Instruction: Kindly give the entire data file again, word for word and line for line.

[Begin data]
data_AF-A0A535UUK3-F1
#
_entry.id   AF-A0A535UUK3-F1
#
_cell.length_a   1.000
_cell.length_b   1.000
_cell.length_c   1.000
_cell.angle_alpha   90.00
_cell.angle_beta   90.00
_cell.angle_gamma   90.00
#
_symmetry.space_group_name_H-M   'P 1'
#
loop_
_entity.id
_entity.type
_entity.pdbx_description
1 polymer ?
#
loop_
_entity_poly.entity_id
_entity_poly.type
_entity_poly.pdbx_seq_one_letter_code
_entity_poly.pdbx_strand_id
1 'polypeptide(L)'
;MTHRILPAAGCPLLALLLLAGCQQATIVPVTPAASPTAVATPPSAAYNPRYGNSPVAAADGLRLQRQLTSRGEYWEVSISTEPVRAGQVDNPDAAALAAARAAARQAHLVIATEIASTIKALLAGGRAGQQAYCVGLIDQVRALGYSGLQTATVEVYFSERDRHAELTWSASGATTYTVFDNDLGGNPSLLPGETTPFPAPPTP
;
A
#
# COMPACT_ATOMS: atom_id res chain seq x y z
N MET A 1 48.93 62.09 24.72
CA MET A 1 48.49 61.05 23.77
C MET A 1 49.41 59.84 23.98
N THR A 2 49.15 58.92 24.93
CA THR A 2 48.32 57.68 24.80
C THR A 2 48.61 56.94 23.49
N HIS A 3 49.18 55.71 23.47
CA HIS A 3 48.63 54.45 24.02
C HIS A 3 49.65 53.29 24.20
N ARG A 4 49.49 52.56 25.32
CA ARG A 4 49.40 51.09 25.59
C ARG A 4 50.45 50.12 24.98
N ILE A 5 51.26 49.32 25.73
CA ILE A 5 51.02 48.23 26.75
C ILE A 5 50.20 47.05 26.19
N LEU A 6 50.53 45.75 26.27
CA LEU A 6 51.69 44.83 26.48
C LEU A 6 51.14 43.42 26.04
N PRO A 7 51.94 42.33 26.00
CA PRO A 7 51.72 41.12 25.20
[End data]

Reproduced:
data_AF-A0A535UUK3-F1
#
_entry.id   AF-A0A535UUK3-F1
#
_cell.length_a   1.000
_cell.length_b   1.000
_cell.length_c   1.000
_cell.angle_alpha   90.00
_cell.angle_beta   90.00
_cell.angle_gamma   90.00
#
_symmetry.space_group_name_H-M   'P 1'
#
loop_
_entity.id
_entity.type
_entity.pdbx_description
1 polymer ?
#
loop_
_entity_poly.entity_id
_entity_poly.type
_entity_poly.pdbx_seq_one_letter_code
_entity_poly.pdbx_strand_id
1 'polypeptide(L)'
;MTHRILPAAGCPLLALLLLAGCQQATIVPVTPAASPTAVATPPSAAYNPRYGNSPVAAADGLRLQRQLTSRGEYWEVSISTEPVRAGQVDNPDAAALAAARAAARQAHLVIATEIASTIKALLAGGRAGQQAYCVGLIDQVRALGYSGLQTATVEVYFSERDRHAELTWSASGATTYTVFDNDLGGNPSLLPGETTPFPAPPTP
;
A
#
# COMPACT_ATOMS: atom_id res chain seq x y z
N MET A 1 48.93 62.09 24.72
CA MET A 1 48.49 61.05 23.77
C MET A 1 49.41 59.84 23.98
N THR A 2 49.15 58.92 24.93
CA THR A 2 48.32 57.68 24.80
C THR A 2 48.61 56.94 23.49
N HIS A 3 49.18 55.71 23.47
CA HIS A 3 48.63 54.45 24.02
C HIS A 3 49.65 53.29 24.20
N ARG A 4 49.49 52.56 25.32
CA ARG A 4 49.40 51.09 25.59
C ARG A 4 50.45 50.12 24.98
N ILE A 5 51.26 49.32 25.73
CA ILE A 5 51.02 48.23 26.75
C ILE A 5 50.20 47.05 26.19
N LEU A 6 50.53 45.75 26.27
CA LEU A 6 51.69 44.83 26.48
C LEU A 6 51.14 43.42 26.04
N PRO A 7 51.94 42.33 26.00
CA PRO A 7 51.72 41.12 25.20